Show the marker they can handle all the punctuation, grammar and writing rules taught during KS2, including Year 6 (even though they have only started Year 6).
Stand out from the thousands of other pieces of writing.
Below are links to three targeted, printable ebooks showing models of fiction, description and non-fiction, so your child can see what successful writing looks like.
With each piece of modelled writing, I include pages of detailed explanation about what why a feature has been included, why the feature works and what it shows the marker. The Guide itself has the 21 must-haves of dazzle-writing. Give your child the best opportunity they have by equipping them with skills and making them aware of what they need to put into their writing. Help them feel happier and less stressed by being more prepared and confident about what writing.
Stage 2 Creative Writing can be one of the most enjoyable parts of the test, and is a real opportunity to make a difference to their overall score. Remember that markers are passionate, skilled English teachers who love reading great writing!
Make the most of the time remaining before the Stage 2 Sutton test. Download and start learning today. Let’s give your child all the help we can.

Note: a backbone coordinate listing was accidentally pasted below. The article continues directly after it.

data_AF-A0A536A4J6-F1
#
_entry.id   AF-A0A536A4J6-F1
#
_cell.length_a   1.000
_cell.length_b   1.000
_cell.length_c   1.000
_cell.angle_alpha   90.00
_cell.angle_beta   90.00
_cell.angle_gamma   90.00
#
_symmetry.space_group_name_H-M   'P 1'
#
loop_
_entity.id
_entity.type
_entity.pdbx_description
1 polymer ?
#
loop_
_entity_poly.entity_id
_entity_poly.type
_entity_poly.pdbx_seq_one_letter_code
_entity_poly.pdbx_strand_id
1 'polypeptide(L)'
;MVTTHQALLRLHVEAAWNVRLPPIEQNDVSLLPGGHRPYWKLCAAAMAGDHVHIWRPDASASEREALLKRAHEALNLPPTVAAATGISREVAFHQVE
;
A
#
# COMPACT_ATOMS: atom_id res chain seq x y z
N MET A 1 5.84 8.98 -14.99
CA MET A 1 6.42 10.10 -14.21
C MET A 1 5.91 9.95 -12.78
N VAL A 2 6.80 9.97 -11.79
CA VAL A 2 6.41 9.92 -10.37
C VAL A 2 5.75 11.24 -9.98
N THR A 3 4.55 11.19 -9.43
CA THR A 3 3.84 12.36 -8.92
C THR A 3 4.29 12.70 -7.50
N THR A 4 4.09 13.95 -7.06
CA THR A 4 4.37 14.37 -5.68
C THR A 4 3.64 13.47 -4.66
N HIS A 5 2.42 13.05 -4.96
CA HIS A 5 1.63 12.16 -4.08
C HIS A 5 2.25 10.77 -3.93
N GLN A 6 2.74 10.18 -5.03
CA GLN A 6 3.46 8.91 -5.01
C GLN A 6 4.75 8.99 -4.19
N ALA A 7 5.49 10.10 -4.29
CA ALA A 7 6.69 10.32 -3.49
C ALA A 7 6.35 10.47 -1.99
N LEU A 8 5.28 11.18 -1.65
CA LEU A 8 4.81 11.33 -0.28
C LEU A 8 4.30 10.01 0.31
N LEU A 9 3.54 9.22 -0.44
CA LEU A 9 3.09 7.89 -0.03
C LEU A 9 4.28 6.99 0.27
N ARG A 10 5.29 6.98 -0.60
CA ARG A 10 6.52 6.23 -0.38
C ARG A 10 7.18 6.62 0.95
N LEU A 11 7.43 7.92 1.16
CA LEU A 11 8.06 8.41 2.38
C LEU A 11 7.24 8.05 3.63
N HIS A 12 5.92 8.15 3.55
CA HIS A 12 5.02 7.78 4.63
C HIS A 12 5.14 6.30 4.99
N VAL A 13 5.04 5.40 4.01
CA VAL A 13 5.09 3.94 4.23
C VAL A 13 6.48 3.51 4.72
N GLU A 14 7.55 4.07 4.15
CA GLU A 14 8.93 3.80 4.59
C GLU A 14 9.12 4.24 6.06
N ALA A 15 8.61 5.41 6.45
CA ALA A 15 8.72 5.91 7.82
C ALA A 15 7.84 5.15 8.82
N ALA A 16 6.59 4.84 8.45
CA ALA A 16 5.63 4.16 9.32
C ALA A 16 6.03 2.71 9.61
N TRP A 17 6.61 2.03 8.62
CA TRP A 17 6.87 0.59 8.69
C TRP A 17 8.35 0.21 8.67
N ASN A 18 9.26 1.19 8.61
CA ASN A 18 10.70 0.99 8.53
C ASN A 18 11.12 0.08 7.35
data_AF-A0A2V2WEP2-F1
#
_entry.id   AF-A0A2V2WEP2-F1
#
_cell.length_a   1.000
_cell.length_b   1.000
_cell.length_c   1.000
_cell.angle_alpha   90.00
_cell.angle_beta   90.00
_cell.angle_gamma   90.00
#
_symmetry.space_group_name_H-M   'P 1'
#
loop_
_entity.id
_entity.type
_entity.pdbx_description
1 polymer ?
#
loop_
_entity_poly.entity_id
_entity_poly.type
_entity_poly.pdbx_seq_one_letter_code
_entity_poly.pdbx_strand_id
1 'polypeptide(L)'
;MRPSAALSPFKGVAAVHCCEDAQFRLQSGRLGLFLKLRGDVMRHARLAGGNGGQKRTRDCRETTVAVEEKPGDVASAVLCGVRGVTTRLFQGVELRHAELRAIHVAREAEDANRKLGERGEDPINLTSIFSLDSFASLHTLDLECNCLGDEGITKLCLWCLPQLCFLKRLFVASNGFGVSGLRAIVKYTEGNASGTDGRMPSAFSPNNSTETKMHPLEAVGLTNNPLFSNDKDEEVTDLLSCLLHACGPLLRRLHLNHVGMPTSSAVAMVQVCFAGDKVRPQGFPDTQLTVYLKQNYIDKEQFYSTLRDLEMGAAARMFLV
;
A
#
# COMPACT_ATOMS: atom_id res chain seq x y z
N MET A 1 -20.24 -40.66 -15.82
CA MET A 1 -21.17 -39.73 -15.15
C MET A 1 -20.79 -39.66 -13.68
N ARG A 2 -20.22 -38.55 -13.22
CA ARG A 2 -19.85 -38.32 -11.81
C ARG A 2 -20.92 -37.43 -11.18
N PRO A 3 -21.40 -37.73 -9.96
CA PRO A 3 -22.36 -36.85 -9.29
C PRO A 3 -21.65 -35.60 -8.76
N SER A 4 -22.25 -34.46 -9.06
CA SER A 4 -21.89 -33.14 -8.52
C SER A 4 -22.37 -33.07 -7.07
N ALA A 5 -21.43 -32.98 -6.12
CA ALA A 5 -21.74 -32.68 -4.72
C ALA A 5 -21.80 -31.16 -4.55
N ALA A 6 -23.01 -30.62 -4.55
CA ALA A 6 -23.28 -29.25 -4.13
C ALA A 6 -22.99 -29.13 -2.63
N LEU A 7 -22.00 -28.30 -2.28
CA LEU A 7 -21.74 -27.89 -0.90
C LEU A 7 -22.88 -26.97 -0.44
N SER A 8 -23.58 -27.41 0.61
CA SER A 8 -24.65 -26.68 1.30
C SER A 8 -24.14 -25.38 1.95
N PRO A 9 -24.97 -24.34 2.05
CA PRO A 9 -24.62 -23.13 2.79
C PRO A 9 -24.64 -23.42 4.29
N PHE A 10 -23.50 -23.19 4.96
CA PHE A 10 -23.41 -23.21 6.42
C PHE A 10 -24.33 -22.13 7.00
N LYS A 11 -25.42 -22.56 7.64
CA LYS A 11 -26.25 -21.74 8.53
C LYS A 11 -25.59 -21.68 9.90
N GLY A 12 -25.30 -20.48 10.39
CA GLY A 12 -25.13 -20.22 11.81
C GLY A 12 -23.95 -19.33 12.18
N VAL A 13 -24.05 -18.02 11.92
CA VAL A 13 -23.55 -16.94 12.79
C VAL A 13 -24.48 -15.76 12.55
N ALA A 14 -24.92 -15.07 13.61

At the heart of helping my own children learn, at the heart of every session we had together, was a single, simple and profound truth: I got to spend extra time with them.
There was nothing else I wanted more.
It built our learning relationship, helped give them information, habits and ways of thinking that will hopefully serve them a lifetime, but it also built our relationship, the relationship I had with them as a father.
I could not ask for more. We always have those memories: the memories of the adventure, the memories of daring to go for it, the moments of breakthrough, the moments of frustration, the memories of not running away, of being there for each other.
I got to spend extra time with them.
I hope you enjoy those moments with your own children.
My son just came down the stairs and gave me the biggest hug. We are now heading off for a cycle ride, to grab one more moment of time together.
You know your child, you know what they like. The single rule might be: “Many ways for different brains.”
Here is a happy handful of word-learning games. Feel free to use these as springboards to get into the activity of designing or improvising games with your child as co-inventor.
1. Does your child sing? Have him sing the word, the whole list, or just sing-spell a word. It can be turned into a full impromptu kitchen concert! Try singing a well-known song, but replacing your target word for one of the chorus words, or adding a target word in to rehearse it:
“You’ve got a gregarious friend in me, you’ve got a gregarious friend in me.”
She might write a nonsense (or sensible) song using some of the words.
The extra pattern boost from melody can be powerful. It may get to the point that when she remembers, she’ll sing the word. (I once taught a very musical Y5 student to sing the formula for the area of a triangle; 3 years later, he could still sing the formula!)